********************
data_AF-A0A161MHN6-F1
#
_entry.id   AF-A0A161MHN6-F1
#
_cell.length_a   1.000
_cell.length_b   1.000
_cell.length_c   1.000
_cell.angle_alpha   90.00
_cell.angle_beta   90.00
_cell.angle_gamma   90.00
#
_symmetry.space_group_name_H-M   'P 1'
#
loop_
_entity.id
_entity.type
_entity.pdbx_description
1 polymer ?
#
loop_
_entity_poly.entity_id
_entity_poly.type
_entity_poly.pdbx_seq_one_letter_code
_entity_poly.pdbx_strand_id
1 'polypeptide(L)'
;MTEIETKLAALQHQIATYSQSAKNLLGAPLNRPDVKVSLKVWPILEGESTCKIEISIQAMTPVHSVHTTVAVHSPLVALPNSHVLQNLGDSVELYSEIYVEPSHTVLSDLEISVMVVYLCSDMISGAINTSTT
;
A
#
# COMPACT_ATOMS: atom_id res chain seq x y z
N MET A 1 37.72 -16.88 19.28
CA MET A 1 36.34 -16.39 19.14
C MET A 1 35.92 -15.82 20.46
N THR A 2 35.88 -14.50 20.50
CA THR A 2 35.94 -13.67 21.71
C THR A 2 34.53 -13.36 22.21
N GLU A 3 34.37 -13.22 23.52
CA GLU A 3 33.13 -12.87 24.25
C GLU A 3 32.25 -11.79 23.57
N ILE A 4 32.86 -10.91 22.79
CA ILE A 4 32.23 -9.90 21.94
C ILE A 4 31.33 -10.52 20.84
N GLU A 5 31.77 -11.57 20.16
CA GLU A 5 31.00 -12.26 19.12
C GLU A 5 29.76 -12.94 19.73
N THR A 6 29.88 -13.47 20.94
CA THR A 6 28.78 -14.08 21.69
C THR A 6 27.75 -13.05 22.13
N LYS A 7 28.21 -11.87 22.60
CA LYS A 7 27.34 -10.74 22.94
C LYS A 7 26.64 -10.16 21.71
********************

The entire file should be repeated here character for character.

data_AF-A0A161MHN6-F1
#
_entry.id   AF-A0A161MHN6-F1
#
_cell.length_a   1.000
_cell.length_b   1.000
_cell.length_c   1.000
_cell.angle_alpha   90.00
_cell.angle_beta   90.00
_cell.angle_gamma   90.00
#
_symmetry.space_group_name_H-M   'P 1'
#
loop_
_entity.id
_entity.type
_entity.pdbx_description
1 polymer ?
#
loop_
_entity_poly.entity_id
_entity_poly.type
_entity_poly.pdbx_seq_one_letter_code
_entity_poly.pdbx_strand_id
1 'polypeptide(L)'
;MTEIETKLAALQHQIATYSQSAKNLLGAPLNRPDVKVSLKVWPILEGESTCKIEISIQAMTPVHSVHTTVAVHSPLVALPNSHVLQNLGDSVELYSEIYVEPSHTVLSDLEISVMVVYLCSDMISGAINTSTT
;
A
#
# COMPACT_ATOMS: atom_id res chain seq x y z
N MET A 1 37.72 -16.88 19.28
CA MET A 1 36.34 -16.39 19.14
C MET A 1 35.92 -15.82 20.46
N THR A 2 35.88 -14.50 20.50
CA THR A 2 35.94 -13.67 21.71
C THR A 2 34.53 -13.36 22.21
N GLU A 3 34.37 -13.22 23.52
CA GLU A 3 33.13 -12.87 24.25
C GLU A 3 32.25 -11.79 23.57
N ILE A 4 32.86 -10.91 22.79
CA ILE A 4 32.23 -9.90 21.94
C ILE A 4 31.33 -10.52 20.84
N GLU A 5 31.77 -11.57 20.16
CA GLU A 5 31.00 -12.26 19.12
C GLU A 5 29.76 -12.94 19.73
N THR A 6 29.88 -13.47 20.94
CA THR A 6 28.78 -14.08 21.69
C THR A 6 27.75 -13.05 22.13
N LYS A 7 28.21 -11.87 22.60
CA LYS A 7 27.34 -10.74 22.94
C LYS A 7 26.64 -10.16 21.71